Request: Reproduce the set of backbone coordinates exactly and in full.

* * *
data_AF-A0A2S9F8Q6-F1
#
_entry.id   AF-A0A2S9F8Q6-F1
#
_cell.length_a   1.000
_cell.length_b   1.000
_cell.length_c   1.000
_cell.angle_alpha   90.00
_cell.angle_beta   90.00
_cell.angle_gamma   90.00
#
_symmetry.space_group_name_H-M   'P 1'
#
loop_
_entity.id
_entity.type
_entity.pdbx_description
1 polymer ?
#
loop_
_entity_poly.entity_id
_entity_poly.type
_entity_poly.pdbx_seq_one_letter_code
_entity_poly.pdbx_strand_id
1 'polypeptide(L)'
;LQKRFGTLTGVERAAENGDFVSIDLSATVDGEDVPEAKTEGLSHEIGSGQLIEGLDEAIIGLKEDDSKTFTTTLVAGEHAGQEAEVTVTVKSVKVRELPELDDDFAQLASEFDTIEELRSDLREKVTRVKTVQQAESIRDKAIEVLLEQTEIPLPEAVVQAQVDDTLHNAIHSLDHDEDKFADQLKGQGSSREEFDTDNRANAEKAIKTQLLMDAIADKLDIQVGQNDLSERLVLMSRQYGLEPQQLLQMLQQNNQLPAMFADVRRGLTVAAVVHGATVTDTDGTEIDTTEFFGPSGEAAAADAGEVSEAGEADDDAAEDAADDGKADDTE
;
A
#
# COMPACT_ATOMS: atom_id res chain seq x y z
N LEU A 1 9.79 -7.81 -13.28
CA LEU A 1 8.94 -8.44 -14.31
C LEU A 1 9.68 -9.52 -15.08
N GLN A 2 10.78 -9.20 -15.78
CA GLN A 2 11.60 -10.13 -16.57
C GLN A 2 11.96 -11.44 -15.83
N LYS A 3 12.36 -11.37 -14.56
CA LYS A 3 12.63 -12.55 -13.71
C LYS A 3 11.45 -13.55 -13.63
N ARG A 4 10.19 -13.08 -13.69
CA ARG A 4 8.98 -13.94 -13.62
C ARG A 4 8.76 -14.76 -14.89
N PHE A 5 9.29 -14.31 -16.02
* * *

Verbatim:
data_AF-A0A2S9F8Q6-F1
#
_entry.id   AF-A0A2S9F8Q6-F1
#
_cell.length_a   1.000
_cell.length_b   1.000
_cell.length_c   1.000
_cell.angle_alpha   90.00
_cell.angle_beta   90.00
_cell.angle_gamma   90.00
#
_symmetry.space_group_name_H-M   'P 1'
#
loop_
_entity.id
_entity.type
_entity.pdbx_description
1 polymer ?
#
loop_
_entity_poly.entity_id
_entity_poly.type
_entity_poly.pdbx_seq_one_letter_code
_entity_poly.pdbx_strand_id
1 'polypeptide(L)'
;LQKRFGTLTGVERAAENGDFVSIDLSATVDGEDVPEAKTEGLSHEIGSGQLIEGLDEAIIGLKEDDSKTFTTTLVAGEHAGQEAEVTVTVKSVKVRELPELDDDFAQLASEFDTIEELRSDLREKVTRVKTVQQAESIRDKAIEVLLEQTEIPLPEAVVQAQVDDTLHNAIHSLDHDEDKFADQLKGQGSSREEFDTDNRANAEKAIKTQLLMDAIADKLDIQVGQNDLSERLVLMSRQYGLEPQQLLQMLQQNNQLPAMFADVRRGLTVAAVVHGATVTDTDGTEIDTTEFFGPSGEAAAADAGEVSEAGEADDDAAEDAADDGKADDTE
;
A
#
# COMPACT_ATOMS: atom_id res chain seq x y z
N LEU A 1 9.79 -7.81 -13.28
CA LEU A 1 8.94 -8.44 -14.31
C LEU A 1 9.68 -9.52 -15.08
N GLN A 2 10.78 -9.20 -15.78
CA GLN A 2 11.60 -10.13 -16.57
C GLN A 2 11.96 -11.44 -15.83
N LYS A 3 12.36 -11.37 -14.56
CA LYS A 3 12.63 -12.55 -13.71
C LYS A 3 11.45 -13.55 -13.63
N ARG A 4 10.19 -13.08 -13.69
CA ARG A 4 8.98 -13.94 -13.62
C ARG A 4 8.76 -14.76 -14.89
N PHE A 5 9.29 -14.31 -16.02